Lens distortion is made by optical principles. Barrel distortion is common with wide-angle and pincushion distortion that appears with telephoto. How can I avoid this when shooting? Are there any shooting techniques for these distortions? Let’s briefly discuss them.

Barrel Deformation and Pincushion Deformation

If a barrel-shaped deformation occurs in the photo, the image point will shift as the distance from the center point increases, causing the middle portion of the in the image to bend outward, and the two ends will bend toward the center to become a curve. Therefore, the image of a square object will shrink inward at the four corners, and the middle of the side-line will protrude outward, like a wooden barrel. Hence the name “barrel deformation”. Generally, as the angle of the lens increases (that is, a wider angle or a shorter focal length, such as a focal length of 10mm), barrel distortion will become serious. The pincushion deformation is the opposite, the picture will shrink toward the center, which is common at the telephoto end (such as 250mm focal length).

Example of barrel deformation

Example of barrel deformation

Application Examples of Lens Distortion

Pincushion deformation is less commonly used, but barrel deformation is more widely used because barrel deformation often brings out exaggerated effects. Please see the following for examples.

“Big Dog” Effect

The “red dog” that was extremely popular is an example of barrel deformation. It is best to use fish-eye glasses (a super wide-angle lens with a focal length of 10mm) to highlight the effect when shooting “big dog” photos. Distance shooting to make an exaggerated effect of head and body.

Big head dog

Bighead dog

Characters Stretch their Hands and Feet

Because the barrel deformation will expand the objects around the photo outward, if the hands and feet of the person are placed at the edge of the photo, the hands and feet will be stretched. With the shooting technique of the low position,  model’s feet will appear more slender! In addition to making special effects, people’s faces should be placed in the middle when taking such photos to avoid being affected by deformation.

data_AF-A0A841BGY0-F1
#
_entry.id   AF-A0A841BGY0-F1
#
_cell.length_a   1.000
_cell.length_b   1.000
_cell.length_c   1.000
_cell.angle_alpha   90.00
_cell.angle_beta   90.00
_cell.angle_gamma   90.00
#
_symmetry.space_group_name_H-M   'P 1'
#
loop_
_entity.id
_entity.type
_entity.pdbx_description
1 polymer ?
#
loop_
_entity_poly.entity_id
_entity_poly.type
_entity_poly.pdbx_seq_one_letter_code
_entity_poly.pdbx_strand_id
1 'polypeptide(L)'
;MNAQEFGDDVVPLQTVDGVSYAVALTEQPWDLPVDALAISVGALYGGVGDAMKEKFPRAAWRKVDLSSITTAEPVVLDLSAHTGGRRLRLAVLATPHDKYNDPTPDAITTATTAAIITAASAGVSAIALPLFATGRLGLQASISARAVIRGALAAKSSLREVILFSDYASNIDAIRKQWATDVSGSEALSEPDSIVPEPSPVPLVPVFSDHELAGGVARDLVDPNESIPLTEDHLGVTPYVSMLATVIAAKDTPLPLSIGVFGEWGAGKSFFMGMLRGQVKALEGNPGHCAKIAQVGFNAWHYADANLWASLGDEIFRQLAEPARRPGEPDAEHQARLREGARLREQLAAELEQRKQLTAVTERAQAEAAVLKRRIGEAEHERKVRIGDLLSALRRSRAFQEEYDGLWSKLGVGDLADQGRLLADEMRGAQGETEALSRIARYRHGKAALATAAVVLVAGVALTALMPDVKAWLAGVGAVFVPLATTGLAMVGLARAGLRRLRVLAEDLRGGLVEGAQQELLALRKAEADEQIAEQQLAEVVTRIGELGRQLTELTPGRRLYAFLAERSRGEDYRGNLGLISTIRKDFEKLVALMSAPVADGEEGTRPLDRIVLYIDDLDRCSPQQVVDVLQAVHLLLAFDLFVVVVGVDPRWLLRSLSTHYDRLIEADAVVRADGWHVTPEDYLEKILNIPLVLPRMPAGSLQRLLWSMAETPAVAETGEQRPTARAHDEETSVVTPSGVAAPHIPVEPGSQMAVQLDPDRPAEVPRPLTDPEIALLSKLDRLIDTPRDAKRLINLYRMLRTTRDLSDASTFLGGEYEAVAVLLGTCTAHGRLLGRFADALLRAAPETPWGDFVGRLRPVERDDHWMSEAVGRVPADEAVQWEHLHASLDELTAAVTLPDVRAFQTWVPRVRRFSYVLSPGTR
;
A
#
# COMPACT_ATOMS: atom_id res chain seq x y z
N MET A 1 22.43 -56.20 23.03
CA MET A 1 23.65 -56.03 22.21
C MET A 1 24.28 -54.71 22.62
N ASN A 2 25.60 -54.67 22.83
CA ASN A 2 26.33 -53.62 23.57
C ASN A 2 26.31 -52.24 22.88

Under the deformation effect, the model's feet are longer!

Under the deformation effect, the model’s feet are longer! Photo from Mobile01

Avoid and Correct Lens Distortion

Sometimes we don’t want the scene to be deformed by the lens when we take a photo. There are two ways to avoid and correct it:

(1) Avoid Extreme Focal Lengths

Because lens distortion mostly occurs at wide-angle (<18mm) or telephoto (> 250mm), we can use the middle focal length to shoot. Note that the more the scene is placed at the edge of the screen, the stronger the distortion effect, so if you don’t want to shoot the subject with the lens distortion, you can place the subject in the middle part of the photo.

Nikkor 10.5mm Ultra Wide Angle Fisheye Lens

Nikkor 10.5mm Ultra Wide Angle Fisheye Lens

(2) Correcting Lens Distortion using Software

If barrel or pincushion distortion is found after shooting, it can actually be corrected using software. The recommended software is the “Lens Correction” filter of Photoshop CS2 and the “Deformation Correction of Light and Magic” “Tools, the correction process for this two software is also very easy to understand. But note that after correcting the photo, you need to crop the photo again to maintain the proportion, so the photo will be reduced.

Photoshop corrected photos

Photoshop corrected Photos



Author: Alex Tam